Property insurance is topic of community conversation
Published 6:23 am Tuesday, October 29, 2019
For almost two hours, citizens, real estate agents and insurance agents listened to three powerful speakers talk about property insurance, current concerns and complications.
The Community Conversation about Property Insurance, sponsored by the Outer Banks Association of Realtors, drew about 100 people to First Flight High School on Tuesday, Oct. 22.
Headlining the event was Michelle Osborne, chief deputy commissioner of the North Carolina Department of Insurance.
When Hurricane Florence hit the state, the Department of Insurance found that 1.9 million flood insurance policies were needed. Some 34 towns were not part of the National Flood Insurance Program and could not receive disaster assistance. Since the hurricane, one town joined up.
The department is now working on a new flood policy to be offered through the private insurance market, said Osborne. The North Carolina Rate Bureau, which represents insurance companies issuing insurance in the state, has proposed a new filing that matches price to risk and allows individual companies to offer private market flood insurance.
One of the advantages of opening a private insurance market for flood is the ability to regulate some portion of that market.
Osborne explained that two forms of property insurance are offered in the state: HO-3 and dwelling.
She warned that a dwelling policy is not a comprehensive policy. Though it may be less expensive, “it may not provide the best coverage,” reported Osborne in her presentation. For example, wind-driven rain is not covered on a dwelling policy.
Osborne said “wind driven rain is a real problem.”
Damage from rain entering through an opening caused by a windstorm is covered under a wind and hail policy or homeowners policy. It is not flood damage.
The definition of flood in the insurance world is “a general and temporary condition where two or more acres of normally dry land or two or more properties are inundated by water or mudflow.”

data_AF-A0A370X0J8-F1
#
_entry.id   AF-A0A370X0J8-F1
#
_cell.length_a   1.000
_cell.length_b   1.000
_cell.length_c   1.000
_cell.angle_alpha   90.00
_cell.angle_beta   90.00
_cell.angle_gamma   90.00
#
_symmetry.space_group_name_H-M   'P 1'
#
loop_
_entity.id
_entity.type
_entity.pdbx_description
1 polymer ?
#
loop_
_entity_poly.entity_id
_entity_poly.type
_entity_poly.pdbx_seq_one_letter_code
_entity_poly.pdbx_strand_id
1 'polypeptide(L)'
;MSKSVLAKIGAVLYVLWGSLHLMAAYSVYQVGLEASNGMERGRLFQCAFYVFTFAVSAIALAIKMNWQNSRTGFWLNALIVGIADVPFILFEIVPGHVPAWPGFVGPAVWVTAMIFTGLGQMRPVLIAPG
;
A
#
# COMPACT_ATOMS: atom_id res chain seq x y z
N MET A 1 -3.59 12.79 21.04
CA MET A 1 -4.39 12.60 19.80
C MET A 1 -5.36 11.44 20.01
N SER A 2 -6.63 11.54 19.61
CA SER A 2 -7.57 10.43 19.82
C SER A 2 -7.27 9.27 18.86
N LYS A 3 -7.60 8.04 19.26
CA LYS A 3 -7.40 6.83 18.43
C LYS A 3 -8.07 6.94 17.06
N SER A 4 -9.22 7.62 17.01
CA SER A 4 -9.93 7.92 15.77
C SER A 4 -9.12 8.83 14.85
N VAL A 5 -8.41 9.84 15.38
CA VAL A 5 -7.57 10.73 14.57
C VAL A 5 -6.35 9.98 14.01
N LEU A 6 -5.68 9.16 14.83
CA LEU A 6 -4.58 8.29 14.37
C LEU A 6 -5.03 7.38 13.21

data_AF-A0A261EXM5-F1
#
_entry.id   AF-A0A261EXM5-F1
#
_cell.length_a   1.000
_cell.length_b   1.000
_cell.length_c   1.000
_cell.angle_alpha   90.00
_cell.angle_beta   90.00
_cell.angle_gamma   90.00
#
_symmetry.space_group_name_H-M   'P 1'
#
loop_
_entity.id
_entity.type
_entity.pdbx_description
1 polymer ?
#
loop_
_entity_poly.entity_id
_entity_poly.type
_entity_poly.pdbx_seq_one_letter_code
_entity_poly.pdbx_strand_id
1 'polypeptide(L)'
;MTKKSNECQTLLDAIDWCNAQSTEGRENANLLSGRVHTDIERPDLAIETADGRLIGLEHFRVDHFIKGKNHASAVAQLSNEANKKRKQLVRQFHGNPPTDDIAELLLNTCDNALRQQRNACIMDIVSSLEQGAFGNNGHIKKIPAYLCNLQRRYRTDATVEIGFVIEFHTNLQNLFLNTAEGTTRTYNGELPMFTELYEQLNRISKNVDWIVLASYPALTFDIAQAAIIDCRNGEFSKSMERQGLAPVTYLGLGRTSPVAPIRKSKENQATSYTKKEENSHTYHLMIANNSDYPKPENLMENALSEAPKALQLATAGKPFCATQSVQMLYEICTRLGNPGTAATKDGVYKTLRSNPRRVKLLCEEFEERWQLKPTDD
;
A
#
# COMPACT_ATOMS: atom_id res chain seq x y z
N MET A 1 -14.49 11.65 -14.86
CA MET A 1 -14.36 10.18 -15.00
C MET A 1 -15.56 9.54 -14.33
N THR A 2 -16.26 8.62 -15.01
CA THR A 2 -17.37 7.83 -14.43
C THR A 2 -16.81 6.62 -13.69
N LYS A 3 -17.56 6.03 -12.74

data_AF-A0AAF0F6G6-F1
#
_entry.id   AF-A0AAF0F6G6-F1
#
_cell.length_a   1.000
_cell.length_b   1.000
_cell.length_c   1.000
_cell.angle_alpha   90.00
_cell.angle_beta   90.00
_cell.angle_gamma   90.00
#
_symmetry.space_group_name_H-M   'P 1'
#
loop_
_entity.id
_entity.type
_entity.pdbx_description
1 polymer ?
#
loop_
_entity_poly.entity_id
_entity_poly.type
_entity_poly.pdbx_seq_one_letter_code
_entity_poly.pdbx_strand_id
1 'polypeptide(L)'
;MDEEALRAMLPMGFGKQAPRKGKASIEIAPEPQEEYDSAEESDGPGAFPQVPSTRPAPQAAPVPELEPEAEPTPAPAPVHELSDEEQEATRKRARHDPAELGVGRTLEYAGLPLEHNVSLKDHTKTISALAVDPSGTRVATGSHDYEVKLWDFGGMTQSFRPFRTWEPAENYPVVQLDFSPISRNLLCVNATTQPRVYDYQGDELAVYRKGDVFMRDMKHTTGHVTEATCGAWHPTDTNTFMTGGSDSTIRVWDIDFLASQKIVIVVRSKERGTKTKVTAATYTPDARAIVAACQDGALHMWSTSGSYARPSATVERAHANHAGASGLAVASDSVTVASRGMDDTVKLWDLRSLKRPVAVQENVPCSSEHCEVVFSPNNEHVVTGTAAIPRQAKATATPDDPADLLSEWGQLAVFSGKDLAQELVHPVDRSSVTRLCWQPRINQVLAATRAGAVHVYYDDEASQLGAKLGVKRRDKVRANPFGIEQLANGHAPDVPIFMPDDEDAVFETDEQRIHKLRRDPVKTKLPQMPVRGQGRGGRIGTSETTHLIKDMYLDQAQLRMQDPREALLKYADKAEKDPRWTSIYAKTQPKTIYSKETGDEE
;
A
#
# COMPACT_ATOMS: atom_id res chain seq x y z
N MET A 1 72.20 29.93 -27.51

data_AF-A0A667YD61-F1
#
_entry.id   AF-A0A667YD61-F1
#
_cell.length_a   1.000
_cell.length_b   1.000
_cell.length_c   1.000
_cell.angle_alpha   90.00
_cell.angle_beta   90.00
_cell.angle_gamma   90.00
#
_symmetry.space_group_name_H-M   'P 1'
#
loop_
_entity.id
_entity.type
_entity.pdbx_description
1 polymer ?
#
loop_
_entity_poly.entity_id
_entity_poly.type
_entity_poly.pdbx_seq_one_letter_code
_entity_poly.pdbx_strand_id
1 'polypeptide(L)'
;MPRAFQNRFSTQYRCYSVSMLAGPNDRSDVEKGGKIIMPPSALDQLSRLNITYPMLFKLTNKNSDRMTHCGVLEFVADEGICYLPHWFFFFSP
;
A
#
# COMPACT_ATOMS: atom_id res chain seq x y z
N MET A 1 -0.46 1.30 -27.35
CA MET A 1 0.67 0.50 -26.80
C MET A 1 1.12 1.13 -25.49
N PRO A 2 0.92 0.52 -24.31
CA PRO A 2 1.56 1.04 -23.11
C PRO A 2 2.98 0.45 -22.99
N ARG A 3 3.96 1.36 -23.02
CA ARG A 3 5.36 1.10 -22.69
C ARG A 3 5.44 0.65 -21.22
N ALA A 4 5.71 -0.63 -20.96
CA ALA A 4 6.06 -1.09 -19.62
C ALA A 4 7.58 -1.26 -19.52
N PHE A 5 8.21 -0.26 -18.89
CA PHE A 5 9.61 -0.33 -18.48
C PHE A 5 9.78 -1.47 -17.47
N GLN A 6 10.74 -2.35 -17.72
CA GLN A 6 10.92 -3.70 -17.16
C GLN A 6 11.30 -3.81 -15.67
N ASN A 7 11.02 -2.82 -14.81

A HO-3 policy is not perfect. It does not automatically cover loss of refrigerator or freezer contents. The policyholder needs to ask for an endorsement.
In addition to Homeowners Standard Policy, HO-3, with endorsements, wind and hail policy and flood policy (required on all federally insured mortgages), an umbrella policy is recommended.
Another matter of concern to the department is consent to rate, which was covered extensively by the second speaker.
Willo Kelly, Chief Executive Officer, Outer Banks Association of Realtors, outlined the 3 Ds for property owners: declaration page, dwelling value and deductible.
On the declaration page, the first page in the policy packet, may be a disclosure about consent to rate. Prior to Jan. 1, 2019, insurance companies were required to have a form signed by the property owner to apply consent to rate.
Now, the disclosure statement on all new or renewed policies or endorsements is required on the declaration page, or a separate page in front of the declaration page, when the premium charged is higher than the premium based on the rate approved by the Department of Insurance. The change was the result of legislation passed by the General Assembly in 2018. The legislatively stipulated notice states:
“Notice: In accordance with G.S. 58-36-30(b1), the premium based upon the approved rates in North Carolina for residential property insurance coverage applied for would be $____. Our premium for this coverage is $_____.”
The increase cannot exceed 250 percent of the approved rate.
If a consent to rate notice appears, “call your agent,” said Kelly.
An independent agent may be able to find another policy that doesn’t have consent to rate. If the policy is with a carrier like Nationwide, State Farm or Farm Bureau, the agent may be able to work on deductibles and policy type or find a policy without consent to rate.
Dwelling value must be accurate and the policy include rebuilding costs.
Deductible is based on the dwelling value.
“Low risk is not no risk.”
That’s the phrase used by Donna Creef, Dare County planning director and advocate for flood insurance and the community program that goes with it.
The long-awaited new flood maps will be adopted effected June 2020.
The maps show hundreds of properties in Dare County coming out of flood zones and receiving a shaded X or X zone designation.
“We are concerned about that in Dare County,” said Creef, reporting that one out of four flood insurance claims are in X zones.
Property owners in X and shaded X zones need to carefully check that flood insurance is not automatically cancelled. Creef said that it is easier to modify an existing policy than to write a new one.
The Community Conversation about Property Insurance was sponsored by the Outer Banks Association of Realtors and supported by the association’s community partners: Banker’s Insurance, Elite Insurance and Steven Gillis State Farm Agency.